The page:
By now, some of our readers may have noticed our frequent mention of aflatoxin in our articles. You may be wondering: what is it? Why is it such a problem in African countries and what can be done about it?
Aflatoxin is a toxic substance that is produced by fungal molds that can develop in crops when they are not properly protected from moisture or stored properly. Crops are primarily affected by aflatoxin molds during their maturation phase and post-harvest storage phase, particularly when the crops are not dried properly or are stored in damp conditions.
If crops and plants infected by aflatoxin are not weeded out before being sold into the market, the aflatoxin can end up carrying on into food products and the food supply. When ingested by people, aflatoxin is known to cause many health problems, including liver cancer, stunting, reproductive issues, autoimmune conditions, and general food poisoning. Maize is one of the biggest cash crops that is commonly affected by aflatoxin; peanuts are another.
Clearly, the prevalence of aflatoxin in African crops presents a danger to the health of the people consuming the foods produced there. It also prevents the region from developing a stronger position in the global trade markets. According to the African Agricultural Technology Foundation, “exports of agricultural commodities particularly peanuts from Sub-Saharan African countries have declined by as much as 20% over the past two decades owing to rejection arising from non-compliance with the European Union (EU) market regulations on mycotoxins. This clearly poses a serious hurdle to international trade in this commodity.”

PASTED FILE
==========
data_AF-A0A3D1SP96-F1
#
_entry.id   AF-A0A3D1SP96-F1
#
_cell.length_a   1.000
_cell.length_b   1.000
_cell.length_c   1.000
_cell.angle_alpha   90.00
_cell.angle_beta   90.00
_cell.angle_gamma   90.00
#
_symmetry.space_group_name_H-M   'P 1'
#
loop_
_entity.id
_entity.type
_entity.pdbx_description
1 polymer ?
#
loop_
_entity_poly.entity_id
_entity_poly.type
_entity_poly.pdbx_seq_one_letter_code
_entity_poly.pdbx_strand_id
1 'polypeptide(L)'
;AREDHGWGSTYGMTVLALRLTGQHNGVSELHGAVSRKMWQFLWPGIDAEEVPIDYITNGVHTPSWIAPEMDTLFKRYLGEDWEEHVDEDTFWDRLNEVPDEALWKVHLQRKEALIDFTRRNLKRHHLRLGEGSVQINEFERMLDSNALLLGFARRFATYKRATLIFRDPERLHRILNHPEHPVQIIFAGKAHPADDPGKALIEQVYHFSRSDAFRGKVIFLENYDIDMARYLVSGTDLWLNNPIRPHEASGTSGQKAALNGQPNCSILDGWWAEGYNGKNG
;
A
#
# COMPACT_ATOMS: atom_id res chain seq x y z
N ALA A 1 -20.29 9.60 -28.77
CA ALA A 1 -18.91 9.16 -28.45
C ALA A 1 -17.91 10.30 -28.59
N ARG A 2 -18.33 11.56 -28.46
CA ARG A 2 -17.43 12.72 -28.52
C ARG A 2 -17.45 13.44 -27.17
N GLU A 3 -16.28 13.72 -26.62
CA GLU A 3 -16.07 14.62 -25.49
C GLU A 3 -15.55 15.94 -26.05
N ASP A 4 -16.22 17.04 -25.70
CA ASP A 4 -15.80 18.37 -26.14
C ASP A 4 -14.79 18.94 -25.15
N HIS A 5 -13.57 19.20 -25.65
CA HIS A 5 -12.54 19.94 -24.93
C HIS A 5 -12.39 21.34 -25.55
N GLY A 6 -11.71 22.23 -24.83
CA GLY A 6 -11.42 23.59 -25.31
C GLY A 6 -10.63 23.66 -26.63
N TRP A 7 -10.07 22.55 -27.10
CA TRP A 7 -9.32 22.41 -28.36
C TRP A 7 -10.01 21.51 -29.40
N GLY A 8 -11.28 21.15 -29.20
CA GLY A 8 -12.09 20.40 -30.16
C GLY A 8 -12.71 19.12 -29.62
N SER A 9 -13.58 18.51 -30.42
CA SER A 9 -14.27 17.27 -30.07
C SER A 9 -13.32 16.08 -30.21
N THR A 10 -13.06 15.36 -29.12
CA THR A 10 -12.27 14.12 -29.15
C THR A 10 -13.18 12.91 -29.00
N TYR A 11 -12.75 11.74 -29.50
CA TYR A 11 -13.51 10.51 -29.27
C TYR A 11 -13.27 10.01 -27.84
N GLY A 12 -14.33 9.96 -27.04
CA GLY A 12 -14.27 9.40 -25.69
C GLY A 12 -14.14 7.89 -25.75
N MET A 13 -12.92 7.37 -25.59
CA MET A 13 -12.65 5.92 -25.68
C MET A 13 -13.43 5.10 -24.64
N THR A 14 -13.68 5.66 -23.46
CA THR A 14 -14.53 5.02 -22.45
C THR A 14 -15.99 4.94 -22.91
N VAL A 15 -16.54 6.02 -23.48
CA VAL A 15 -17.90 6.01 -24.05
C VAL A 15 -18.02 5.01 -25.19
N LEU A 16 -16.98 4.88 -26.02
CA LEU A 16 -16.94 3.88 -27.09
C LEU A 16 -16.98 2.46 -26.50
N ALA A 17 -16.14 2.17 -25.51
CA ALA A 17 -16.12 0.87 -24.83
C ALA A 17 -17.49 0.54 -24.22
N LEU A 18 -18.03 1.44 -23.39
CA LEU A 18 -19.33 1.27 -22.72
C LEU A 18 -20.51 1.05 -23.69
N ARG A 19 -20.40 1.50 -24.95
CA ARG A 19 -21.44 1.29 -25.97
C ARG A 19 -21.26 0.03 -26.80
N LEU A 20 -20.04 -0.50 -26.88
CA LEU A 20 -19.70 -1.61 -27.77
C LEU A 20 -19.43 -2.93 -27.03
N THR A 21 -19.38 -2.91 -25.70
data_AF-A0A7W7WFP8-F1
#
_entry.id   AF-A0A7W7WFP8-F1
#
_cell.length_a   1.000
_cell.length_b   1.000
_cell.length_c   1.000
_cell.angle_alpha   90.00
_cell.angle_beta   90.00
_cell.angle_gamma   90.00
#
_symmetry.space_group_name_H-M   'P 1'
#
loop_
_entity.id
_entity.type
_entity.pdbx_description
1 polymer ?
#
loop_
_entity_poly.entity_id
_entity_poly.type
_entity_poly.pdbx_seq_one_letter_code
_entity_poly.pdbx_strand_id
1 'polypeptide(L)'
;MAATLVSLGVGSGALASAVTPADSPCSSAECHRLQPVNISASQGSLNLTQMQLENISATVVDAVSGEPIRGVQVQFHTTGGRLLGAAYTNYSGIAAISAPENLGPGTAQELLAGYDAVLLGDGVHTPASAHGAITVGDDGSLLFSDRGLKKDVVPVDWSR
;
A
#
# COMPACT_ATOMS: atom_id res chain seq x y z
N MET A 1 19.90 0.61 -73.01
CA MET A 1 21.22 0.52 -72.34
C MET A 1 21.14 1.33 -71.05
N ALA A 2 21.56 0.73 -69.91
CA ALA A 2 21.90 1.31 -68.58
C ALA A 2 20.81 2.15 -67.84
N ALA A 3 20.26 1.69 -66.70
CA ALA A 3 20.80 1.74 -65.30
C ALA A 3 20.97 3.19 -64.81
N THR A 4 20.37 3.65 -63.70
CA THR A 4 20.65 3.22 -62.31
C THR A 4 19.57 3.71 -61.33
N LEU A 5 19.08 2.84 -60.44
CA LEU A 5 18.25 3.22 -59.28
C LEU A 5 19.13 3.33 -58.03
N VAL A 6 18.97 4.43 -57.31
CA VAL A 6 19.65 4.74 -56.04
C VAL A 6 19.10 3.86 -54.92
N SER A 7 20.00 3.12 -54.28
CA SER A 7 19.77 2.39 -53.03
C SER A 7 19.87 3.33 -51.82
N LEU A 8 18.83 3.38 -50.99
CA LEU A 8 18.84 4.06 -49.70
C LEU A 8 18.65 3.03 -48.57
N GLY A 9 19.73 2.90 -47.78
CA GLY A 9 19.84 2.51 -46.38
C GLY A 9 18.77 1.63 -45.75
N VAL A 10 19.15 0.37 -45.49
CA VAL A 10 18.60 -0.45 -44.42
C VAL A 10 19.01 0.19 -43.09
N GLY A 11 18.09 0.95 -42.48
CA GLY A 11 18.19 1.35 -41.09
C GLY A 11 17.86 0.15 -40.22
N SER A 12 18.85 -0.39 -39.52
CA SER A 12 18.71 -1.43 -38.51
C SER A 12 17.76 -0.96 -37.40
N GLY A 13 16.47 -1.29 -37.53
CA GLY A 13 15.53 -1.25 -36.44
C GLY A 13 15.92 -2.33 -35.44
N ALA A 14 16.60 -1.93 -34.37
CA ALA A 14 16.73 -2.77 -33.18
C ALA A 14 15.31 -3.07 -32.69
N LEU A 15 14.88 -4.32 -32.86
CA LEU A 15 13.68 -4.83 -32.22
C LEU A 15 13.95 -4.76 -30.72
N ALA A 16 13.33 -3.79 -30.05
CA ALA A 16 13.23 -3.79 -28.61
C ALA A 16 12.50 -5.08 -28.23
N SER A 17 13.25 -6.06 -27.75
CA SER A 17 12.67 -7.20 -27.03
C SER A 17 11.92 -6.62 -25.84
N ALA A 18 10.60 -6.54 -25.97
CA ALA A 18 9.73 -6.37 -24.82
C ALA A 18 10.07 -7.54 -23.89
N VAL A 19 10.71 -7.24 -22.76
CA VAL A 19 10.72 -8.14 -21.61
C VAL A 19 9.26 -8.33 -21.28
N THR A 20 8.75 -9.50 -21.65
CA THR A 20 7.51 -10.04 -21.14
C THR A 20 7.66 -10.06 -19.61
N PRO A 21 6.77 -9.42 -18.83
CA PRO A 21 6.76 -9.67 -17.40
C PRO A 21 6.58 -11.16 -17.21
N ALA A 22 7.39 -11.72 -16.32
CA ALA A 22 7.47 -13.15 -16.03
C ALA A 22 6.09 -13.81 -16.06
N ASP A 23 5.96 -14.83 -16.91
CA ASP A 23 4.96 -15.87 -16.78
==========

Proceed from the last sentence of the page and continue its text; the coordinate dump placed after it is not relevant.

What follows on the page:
Combating the prevalence of aflatoxin is one of our primary aims at the World Food Bank, and this issue is at the forefront of the educational training that we provide to our smallholder farmers across Uganda and beyond. We look forward to continuing to bring you more information on our work in this area in the future.